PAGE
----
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Number of Results: 6 Search : mass function

cluster mass function (CMF) karyâ-ye jerm-e xušé Fr.: fonction de masse d'amas An empirical power-law relation representing the number of clusters as a function
of their mass. It is defined as:
dM is the mass interval. It is
believed that this is a universal law applying to a variety of objects
including globular clusters, massive young clusters, and H II regions. |

core mass function (CMF) karyâ-ye jerm-e maqzé Fr.: fonction de masse des cœurs The mass distribution of → dM is the mass interval, dN
the number of cores in that interval, and
α takes different values in different
mass ranges. In the case of → low-mass stars, it is found
that the CMF resembles the → Salpeter function,
although deriving the masses and radii of pre-stellar cores is not straightforward.
The observational similarity between the CMF and the
→ initial mass function (IMF) was first put forth
by Motte et al. (1988, A&A, 336, 150), and since then many other
samples of dense cores have been presented in this context.
For example, Nutter & Ward-Thompson (2007, MNRAS 374, 1413),
using SCUBA archive data of the Orion star-forming regions,
showed that the CMF can be fitted to a three-part
→ power law consistent with the form of the stellar IMF.
Recent results, obtained using observations by the
→ Herschel Satellite, confirm the similarity
between the CMF and IMF with better statistics
(Könyves et al. 2010, A&A, 518, L106; André et al. 2010, A&A, 518, L102).
Moreover, these works show that the CMF has a
→ lognormal distribution (i.e. dN/dlog M
follows a → Gaussian form against log M), as
is the case for the IMF at low masses (below about 1 solar mass). |

dense core mass function karyâ-ye jerm-e maqze-ye cagâl Fr.: fonction de masse des cœurs denses |

initial mass function (IMF) karyâ-ye âqâzin-e jerm Fr.: fonction initiale de masse A mathematical expression describing the relative number of stars found in different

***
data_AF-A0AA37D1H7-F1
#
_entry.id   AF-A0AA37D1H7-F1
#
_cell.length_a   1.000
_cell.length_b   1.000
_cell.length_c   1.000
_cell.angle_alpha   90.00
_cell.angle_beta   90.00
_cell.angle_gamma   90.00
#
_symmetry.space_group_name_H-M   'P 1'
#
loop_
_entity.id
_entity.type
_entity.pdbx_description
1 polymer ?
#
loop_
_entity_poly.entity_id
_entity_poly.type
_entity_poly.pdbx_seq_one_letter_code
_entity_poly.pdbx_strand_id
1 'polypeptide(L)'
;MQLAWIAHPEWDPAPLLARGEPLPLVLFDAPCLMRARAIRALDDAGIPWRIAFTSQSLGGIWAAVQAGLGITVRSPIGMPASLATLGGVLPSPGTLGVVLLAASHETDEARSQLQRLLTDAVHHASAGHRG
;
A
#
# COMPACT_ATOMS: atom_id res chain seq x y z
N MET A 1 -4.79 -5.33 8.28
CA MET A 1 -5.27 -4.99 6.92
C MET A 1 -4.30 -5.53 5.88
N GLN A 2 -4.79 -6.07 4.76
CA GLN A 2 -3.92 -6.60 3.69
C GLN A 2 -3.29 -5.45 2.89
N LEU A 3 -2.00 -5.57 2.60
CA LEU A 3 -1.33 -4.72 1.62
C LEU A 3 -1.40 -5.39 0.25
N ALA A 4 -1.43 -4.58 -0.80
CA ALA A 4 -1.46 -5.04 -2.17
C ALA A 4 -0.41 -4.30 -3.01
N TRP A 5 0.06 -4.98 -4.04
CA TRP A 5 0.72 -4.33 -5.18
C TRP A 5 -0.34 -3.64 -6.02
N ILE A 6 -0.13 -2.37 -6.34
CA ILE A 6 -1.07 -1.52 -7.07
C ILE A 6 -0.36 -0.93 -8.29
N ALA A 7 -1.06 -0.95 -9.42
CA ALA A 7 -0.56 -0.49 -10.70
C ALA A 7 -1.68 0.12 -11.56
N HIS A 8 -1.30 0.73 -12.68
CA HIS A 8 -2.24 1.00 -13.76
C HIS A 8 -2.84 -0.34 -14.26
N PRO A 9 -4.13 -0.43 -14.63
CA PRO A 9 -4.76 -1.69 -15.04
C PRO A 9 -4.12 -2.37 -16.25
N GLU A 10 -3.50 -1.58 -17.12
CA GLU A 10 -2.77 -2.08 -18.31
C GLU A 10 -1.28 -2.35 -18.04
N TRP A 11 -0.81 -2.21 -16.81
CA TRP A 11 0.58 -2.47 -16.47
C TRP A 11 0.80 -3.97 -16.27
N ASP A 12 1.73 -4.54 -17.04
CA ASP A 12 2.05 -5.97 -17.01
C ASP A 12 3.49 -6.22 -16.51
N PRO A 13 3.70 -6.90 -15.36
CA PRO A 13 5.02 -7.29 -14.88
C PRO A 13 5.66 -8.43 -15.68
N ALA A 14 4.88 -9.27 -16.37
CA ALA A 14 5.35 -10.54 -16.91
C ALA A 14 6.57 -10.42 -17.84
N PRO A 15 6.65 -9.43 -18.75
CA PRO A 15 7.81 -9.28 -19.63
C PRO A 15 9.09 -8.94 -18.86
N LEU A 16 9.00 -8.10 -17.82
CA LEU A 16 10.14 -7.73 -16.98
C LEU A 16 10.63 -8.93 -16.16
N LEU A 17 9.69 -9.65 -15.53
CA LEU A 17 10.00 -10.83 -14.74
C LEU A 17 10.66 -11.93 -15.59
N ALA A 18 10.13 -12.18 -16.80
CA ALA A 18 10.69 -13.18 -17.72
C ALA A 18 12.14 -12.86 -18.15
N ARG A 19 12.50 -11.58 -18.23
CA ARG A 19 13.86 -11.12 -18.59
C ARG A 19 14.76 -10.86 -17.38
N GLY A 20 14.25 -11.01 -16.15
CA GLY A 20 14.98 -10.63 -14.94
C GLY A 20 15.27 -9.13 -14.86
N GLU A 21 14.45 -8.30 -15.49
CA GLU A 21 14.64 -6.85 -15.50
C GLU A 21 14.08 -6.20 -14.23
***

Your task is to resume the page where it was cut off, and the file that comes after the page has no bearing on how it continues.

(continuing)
ranges of mass for a cluster of stars at the time of its formation.
It is defined as
M is the mass of a star and N is the number of stars in a
logarithmic mass interval. The value of the slope found by Salpeter (1955) for
→ low-mass
and → intermediate-mass stars in the
→ solar neighborhood is Γ = 1.35.
The IMF can be expressed also in linear mass units:
χ(M) = dN / DM ∝ M.
Note that
^{ -α}χ(M) = (1 / M lm 10) φ(log M), and α = Γ + 1. In this
formalism the Salpeter slope is α = 2.35. There is a third way for
representing the IMF, in which the exponent is x = -α.
The IMF is not a single power law over all masses, from
→ brown dwarfs to → very massive stars
(Kroupa, 2002, Science 295, 82).
Different slopes have been found for different mass segments, as follows:
α = 1.3 for 0.08 ≤ M < 0.5;
α = 2.3 for 0.5 ≤ _{solar}M < 1;
α = 2.3 for 1 ≤ _{solar}M.
The IMF at low masses can be fitted by a
→ _{solar}lognormal distribution
(See Bastian et al., 2010, ARAA 48, 339 and references therein).
See also → canonical IMF. |

mass function karyâ-ye jerm Fr.: fonction de masse 1) The number of a class of objects as a function of their mass.
→ M is the mass of secondary, and _{s}i the
→ angle of inclination of the orbit,
the mass function is given by:
(M. sin_{s}^{3}^{3}i) /
(M._{p} + M_{s})^{2} |

present-day mass function (PDMF) karyâ-ye jerm-e konuni, ~ ~ emruzi Fr.: fonction de masse actuelle The present number of stars on the → |